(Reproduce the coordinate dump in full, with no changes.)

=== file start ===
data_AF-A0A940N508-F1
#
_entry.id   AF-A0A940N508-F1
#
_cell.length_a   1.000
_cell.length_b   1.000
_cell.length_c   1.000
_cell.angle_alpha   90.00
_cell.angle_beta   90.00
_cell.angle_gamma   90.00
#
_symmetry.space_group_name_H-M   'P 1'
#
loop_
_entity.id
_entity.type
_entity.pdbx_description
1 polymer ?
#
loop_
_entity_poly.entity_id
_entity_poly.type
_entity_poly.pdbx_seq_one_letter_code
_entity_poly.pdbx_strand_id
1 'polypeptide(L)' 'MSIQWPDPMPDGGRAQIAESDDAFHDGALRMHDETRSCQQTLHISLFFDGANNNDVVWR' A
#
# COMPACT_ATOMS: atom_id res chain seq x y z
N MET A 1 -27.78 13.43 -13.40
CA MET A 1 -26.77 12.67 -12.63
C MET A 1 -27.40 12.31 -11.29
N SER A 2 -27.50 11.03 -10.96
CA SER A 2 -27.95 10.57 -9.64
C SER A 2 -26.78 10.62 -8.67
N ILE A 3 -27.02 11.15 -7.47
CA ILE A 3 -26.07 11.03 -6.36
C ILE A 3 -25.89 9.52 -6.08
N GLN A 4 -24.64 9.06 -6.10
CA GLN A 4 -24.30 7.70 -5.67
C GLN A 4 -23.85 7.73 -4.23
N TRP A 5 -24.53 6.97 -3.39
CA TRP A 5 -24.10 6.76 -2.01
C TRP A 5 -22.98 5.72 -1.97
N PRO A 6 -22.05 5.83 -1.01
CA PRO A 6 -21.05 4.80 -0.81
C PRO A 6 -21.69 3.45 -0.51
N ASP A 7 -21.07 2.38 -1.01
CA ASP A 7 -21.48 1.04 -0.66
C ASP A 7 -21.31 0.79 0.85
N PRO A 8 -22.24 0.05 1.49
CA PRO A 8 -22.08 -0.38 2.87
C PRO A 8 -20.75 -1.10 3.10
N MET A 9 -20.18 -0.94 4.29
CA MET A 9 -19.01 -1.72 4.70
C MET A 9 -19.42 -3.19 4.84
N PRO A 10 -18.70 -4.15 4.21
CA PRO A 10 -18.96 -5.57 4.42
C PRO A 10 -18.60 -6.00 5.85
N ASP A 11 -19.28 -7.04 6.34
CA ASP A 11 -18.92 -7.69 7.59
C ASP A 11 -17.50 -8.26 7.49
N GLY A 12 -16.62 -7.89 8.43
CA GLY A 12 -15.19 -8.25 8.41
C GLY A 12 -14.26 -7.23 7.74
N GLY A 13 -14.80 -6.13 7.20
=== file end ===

data_AF-A0A940N508-F1
#
_entry.id   AF-A0A940N508-F1
#
_cell.length_a   1.000
_cell.length_b   1.000
_cell.length_c   1.000
_cell.angle_alpha   90.00
_cell.angle_beta   90.00
_cell.angle_gamma   90.00
#
_symmetry.space_group_name_H-M   'P 1'
#
loop_
_entity.id
_entity.type
_entity.pdbx_description
1 polymer ?
#
loop_
_entity_poly.entity_id
_entity_poly.type
_entity_poly.pdbx_seq_one_letter_code
_entity_poly.pdbx_strand_id
1 'polypeptide(L)' 'MSIQWPDPMPDGGRAQIAESDDAFHDGALRMHDETRSCQQTLHISLFFDGANNNDVVWR' A
#
# COMPACT_ATOMS: atom_id res chain seq x y z
N MET A 1 -27.78 13.43 -13.40
CA MET A 1 -26.77 12.67 -12.63
C MET A 1 -27.40 12.31 -11.29
N SER A 2 -27.50 11.03 -10.96
CA SER A 2 -27.95 10.57 -9.64
C SER A 2 -26.78 10.62 -8.67
N ILE A 3 -27.02 11.15 -7.47
CA ILE A 3 -26.07 11.03 -6.36
C ILE A 3 -25.89 9.52 -6.08
N GLN A 4 -24.64 9.06 -6.10
CA GLN A 4 -24.30 7.70 -5.67
C GLN A 4 -23.85 7.73 -4.23
N TRP A 5 -24.53 6.97 -3.39
CA TRP A 5 -24.10 6.76 -2.01
C TRP A 5 -22.98 5.72 -1.97
N PRO A 6 -22.05 5.83 -1.01
CA PRO A 6 -21.05 4.80 -0.81
C PRO A 6 -21.69 3.45 -0.51
N ASP A 7 -21.07 2.38 -1.01
CA ASP A 7 -21.48 1.04 -0.66
C ASP A 7 -21.31 0.79 0.85
N PRO A 8 -22.24 0.05 1.49
CA PRO A 8 -22.08 -0.38 2.87
C PRO A 8 -20.75 -1.10 3.10
N MET A 9 -20.18 -0.94 4.29
CA MET A 9 -19.01 -1.72 4.70
C MET A 9 -19.42 -3.19 4.84
N PRO A 10 -18.70 -4.15 4.21
CA PRO A 10 -18.96 -5.57 4.42
C PRO A 10 -18.60 -6.00 5.85
N ASP A 11 -19.28 -7.04 6.34
CA ASP A 11 -18.92 -7.69 7.59
C ASP A 11 -17.50 -8.26 7.49
N GLY A 12 -16.62 -7.89 8.43
CA GLY A 12 -15.19 -8.25 8.41
C GLY A 12 -14.26 -7.23 7.74
N GLY A 13 -14.80 -6.13 7.20